Four years ago at the Tokyo Motor Show, Mazda presented the RX-Vision concept, a coupe featuring the brand’s “next-generation Skyactiv-R rotary engine.” Back then, Mazda said it sees “new potential in a powerplant that is synonymous with the brand,” pointing out that between 1978 and 2002, it managed to sell more than 800,000 rotary-powered RX-7s. Yet despite those Wankel-engined sports cars being followed by another 192,094 RX-8s sold up until June 2012, just two years after showing off the RX-Vision, Mazda CEO Masamichi Kogai claimed there were no plans to build a sports car positioned above the Miata.
It’s still not clear what the future holds, but hope for the rotary (and a new dedicated sports car apart from the Miata) remains.
At the time, Mazda said that if it brings back the rotary, it will be only as a range extender built into an upcoming hybrid system. That makes sense for packaging reasons, but then Mazda followed up with news this year it believes a hybrid rotary powertrain could pass all modern emission regulations after all. On the piston-engined side, Mazda also claimed it can’t afford to develop a new motor that would allow for future Mazdaspeeds. Then, it got leaked that a pair of Skyactiv-X inline-six engines are in the pipeline, which ignite both gasoline and diesel without using traditional spark plug technology.
What’s more, the documents proved those new six-cylinders will go into a rear-wheel drive architecture, as the brand moves upmarket to perhaps follow up on its 2017 Vision Coupe concept. All of which brings us to a patent filing unearthed by Japan’s Motor Magazine.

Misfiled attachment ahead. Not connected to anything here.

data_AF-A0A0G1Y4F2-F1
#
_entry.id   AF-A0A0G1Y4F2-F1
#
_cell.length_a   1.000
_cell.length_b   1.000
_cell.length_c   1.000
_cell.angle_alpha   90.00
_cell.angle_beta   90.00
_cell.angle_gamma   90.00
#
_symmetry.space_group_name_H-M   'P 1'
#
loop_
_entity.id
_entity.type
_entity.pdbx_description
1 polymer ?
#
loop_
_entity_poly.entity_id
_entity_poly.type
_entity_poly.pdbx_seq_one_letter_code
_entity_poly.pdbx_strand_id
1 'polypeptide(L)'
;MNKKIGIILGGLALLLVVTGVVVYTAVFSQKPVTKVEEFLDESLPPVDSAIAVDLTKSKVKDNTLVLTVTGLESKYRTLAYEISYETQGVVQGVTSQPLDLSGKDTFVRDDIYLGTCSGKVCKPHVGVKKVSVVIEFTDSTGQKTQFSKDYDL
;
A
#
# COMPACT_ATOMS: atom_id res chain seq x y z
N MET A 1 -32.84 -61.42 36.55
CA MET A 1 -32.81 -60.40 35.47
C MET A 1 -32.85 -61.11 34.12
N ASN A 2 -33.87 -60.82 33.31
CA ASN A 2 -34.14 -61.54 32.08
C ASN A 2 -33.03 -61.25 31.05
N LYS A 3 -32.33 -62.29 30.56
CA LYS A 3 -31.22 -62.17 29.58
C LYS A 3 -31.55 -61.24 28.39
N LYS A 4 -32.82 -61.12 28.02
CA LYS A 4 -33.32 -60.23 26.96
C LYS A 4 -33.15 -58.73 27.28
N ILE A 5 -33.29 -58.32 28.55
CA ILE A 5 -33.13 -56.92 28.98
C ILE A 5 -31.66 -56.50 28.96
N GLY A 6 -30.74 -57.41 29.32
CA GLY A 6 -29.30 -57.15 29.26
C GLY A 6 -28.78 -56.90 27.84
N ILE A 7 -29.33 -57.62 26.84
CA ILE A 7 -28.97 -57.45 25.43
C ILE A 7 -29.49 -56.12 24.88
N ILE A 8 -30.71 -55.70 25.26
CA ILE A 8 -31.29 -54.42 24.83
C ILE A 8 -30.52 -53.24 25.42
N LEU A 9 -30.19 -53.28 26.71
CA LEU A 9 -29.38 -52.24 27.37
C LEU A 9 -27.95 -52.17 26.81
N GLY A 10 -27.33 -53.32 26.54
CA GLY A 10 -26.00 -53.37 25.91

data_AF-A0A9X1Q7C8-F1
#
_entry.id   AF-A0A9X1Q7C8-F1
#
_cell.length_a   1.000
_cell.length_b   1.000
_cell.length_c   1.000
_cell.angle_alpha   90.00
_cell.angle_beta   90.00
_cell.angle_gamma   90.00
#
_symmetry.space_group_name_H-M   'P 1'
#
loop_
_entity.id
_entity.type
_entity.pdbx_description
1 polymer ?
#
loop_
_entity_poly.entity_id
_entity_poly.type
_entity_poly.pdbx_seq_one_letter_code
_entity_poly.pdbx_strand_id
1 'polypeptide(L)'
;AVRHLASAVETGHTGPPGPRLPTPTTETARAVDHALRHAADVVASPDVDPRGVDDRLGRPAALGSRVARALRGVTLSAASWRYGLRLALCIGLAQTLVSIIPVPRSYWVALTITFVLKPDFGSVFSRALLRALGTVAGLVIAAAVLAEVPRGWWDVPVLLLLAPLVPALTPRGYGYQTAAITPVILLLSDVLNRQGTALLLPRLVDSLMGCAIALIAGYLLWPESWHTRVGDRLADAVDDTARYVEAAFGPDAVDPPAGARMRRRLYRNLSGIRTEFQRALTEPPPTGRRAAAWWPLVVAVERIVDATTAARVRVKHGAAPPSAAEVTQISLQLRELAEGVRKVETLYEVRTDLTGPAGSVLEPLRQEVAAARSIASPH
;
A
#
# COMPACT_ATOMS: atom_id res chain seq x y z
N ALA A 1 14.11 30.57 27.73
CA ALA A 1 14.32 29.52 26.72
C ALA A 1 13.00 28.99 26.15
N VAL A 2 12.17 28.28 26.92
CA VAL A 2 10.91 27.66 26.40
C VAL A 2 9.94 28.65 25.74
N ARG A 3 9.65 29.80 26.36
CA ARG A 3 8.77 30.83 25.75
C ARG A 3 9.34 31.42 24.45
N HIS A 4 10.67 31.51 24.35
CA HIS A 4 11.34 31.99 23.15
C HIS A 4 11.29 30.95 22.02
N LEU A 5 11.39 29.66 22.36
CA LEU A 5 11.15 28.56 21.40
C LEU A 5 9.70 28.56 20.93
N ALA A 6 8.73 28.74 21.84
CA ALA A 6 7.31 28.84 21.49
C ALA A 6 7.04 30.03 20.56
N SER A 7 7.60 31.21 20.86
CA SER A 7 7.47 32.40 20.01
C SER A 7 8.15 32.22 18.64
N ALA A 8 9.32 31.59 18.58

Quoting an anonymous source at Mazda, the Japanese magazine reports that this is the front section of the lightweight platform designed specifically for the RX-9, featuring plenty of aluminum and carbon fiber. What’s for sure is that the thick crossmember suggests a front-mid engine layout, paired with the also visible double-wishbone front suspension setup.
In the meantime, Mazda also likes to send its mystery RX-8s to the Nürburgring during the industry pool days, to test various individual components. (Or just to mess with our minds.) One could say there’s no better camouflage for a rotary prototype than an old rotary Mazda.
The relationship between Mazda’s financial department and R&D team may be more complex than the wiring diagram of a Koenigsegg Regera, but it seems that a sports car larger than a Miata is definitely coming, after all. At this point, whether that to be powered by a straight-six with compression ignition or a turbocharged rotary-hybrid is probably up to a flip of a coin. But let’s keep in mind that Mazda will celebrate its 100th anniversary next year. Not a bad way to ring the heritage bell.